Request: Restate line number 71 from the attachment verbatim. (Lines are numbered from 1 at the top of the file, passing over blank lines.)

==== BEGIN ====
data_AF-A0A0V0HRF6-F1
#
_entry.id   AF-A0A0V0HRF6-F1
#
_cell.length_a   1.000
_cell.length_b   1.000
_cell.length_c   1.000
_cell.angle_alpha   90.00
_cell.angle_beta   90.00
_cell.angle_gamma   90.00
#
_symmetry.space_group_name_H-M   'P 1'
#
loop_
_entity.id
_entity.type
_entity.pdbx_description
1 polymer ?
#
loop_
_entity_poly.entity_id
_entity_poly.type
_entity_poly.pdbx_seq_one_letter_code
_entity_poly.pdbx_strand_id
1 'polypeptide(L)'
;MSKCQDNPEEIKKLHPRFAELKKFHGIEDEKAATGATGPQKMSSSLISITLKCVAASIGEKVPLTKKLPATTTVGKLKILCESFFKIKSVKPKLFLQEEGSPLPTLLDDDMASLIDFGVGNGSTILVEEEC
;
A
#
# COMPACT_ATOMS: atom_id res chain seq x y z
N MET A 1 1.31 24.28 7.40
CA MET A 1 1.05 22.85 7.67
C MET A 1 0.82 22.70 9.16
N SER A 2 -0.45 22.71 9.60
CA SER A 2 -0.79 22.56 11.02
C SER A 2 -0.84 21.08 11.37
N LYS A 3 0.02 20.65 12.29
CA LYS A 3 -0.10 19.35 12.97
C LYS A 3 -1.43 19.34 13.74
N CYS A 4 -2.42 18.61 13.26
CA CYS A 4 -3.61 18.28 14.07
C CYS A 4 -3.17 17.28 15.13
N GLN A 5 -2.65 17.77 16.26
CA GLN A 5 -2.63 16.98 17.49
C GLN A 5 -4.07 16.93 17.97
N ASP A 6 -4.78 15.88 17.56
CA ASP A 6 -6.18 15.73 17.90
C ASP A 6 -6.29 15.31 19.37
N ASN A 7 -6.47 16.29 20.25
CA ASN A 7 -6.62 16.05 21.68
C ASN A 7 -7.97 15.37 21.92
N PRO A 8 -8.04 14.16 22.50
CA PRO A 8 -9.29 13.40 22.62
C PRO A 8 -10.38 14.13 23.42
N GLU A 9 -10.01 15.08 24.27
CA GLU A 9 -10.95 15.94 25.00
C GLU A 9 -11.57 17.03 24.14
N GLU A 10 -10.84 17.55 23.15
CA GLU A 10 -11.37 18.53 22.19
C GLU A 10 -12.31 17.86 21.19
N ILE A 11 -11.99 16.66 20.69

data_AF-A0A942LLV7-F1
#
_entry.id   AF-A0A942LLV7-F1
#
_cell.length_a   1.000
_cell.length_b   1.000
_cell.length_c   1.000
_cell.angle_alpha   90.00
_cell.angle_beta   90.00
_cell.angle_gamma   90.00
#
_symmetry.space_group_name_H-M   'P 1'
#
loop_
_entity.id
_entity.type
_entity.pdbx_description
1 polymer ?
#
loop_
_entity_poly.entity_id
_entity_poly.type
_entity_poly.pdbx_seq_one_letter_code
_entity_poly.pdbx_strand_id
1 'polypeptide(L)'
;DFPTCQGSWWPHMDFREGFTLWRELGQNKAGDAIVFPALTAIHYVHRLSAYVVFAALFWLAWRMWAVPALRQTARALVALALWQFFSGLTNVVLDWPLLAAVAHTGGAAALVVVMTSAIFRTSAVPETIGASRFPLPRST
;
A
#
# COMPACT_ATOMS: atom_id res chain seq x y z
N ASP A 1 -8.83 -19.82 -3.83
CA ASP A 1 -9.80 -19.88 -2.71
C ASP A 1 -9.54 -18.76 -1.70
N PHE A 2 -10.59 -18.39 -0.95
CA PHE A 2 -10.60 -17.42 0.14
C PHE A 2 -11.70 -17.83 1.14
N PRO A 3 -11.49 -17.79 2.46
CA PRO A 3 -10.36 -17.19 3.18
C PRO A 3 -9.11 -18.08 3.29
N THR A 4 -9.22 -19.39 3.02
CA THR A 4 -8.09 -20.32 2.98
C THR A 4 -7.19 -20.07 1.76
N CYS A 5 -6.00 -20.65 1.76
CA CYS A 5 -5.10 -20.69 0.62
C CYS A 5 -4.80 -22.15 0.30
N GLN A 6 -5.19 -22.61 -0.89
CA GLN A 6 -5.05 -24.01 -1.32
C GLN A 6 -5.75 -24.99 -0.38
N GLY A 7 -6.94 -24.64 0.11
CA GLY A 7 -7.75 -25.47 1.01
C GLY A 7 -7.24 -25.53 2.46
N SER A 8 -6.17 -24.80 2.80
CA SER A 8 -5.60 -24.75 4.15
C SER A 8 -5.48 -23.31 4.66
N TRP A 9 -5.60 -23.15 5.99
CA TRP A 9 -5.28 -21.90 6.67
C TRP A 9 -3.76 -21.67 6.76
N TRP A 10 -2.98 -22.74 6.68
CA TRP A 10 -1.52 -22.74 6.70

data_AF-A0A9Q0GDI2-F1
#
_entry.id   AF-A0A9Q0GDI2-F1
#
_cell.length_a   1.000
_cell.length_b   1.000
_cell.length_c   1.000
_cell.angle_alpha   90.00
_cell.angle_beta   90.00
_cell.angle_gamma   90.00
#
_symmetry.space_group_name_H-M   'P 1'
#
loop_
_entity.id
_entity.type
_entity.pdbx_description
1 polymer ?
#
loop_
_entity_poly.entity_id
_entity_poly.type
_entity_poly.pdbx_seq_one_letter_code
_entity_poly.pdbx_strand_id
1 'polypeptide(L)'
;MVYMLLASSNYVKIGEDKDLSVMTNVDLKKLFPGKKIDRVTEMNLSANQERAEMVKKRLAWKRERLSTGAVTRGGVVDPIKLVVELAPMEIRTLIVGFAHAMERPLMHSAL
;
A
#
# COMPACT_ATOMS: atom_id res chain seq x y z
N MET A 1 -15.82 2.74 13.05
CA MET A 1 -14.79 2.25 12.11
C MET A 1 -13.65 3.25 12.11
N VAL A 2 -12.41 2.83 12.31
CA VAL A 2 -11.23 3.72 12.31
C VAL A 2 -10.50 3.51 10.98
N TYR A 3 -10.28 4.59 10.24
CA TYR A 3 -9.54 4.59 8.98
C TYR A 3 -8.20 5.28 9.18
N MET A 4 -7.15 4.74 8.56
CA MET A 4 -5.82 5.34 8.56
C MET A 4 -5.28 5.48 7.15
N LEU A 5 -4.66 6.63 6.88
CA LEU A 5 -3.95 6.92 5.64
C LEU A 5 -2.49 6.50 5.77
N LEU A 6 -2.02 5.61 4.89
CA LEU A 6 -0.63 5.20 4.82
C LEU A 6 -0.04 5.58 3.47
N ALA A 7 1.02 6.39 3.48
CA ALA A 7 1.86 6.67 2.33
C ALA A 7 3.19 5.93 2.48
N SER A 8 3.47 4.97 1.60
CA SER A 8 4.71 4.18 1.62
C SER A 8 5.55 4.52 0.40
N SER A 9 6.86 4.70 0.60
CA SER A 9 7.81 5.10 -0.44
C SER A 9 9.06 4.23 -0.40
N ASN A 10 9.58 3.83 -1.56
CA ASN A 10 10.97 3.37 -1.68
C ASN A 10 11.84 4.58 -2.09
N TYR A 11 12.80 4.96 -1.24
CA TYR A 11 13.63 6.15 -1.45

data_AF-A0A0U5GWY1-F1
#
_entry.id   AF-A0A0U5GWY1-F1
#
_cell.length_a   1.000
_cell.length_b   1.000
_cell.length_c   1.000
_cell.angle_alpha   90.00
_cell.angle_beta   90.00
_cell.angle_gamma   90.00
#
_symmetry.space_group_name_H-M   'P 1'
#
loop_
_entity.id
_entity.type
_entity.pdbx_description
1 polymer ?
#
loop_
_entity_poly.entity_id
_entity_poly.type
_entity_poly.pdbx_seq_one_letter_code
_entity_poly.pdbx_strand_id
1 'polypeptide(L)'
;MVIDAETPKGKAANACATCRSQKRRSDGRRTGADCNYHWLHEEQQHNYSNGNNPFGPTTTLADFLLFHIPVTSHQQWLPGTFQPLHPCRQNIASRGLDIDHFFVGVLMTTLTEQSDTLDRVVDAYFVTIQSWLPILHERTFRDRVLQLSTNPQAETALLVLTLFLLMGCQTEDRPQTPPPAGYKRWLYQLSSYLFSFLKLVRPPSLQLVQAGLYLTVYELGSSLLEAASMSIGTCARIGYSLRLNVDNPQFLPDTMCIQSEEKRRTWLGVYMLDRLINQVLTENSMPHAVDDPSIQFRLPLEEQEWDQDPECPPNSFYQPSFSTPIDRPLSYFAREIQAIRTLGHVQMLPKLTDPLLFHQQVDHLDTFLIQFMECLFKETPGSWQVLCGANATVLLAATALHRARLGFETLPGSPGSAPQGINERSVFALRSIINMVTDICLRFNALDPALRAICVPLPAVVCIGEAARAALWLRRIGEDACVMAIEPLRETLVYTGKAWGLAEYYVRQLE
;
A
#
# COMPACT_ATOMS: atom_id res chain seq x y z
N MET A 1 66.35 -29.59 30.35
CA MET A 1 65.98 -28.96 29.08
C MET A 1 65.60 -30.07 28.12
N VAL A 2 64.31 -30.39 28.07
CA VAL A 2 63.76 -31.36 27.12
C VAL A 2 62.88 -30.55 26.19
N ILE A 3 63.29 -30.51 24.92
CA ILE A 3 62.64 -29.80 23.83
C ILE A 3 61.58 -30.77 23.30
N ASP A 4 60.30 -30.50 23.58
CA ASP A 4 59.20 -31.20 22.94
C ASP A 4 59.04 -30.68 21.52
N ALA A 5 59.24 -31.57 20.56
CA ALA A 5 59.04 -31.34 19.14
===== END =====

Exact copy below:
_cell.angle_gamma   90.00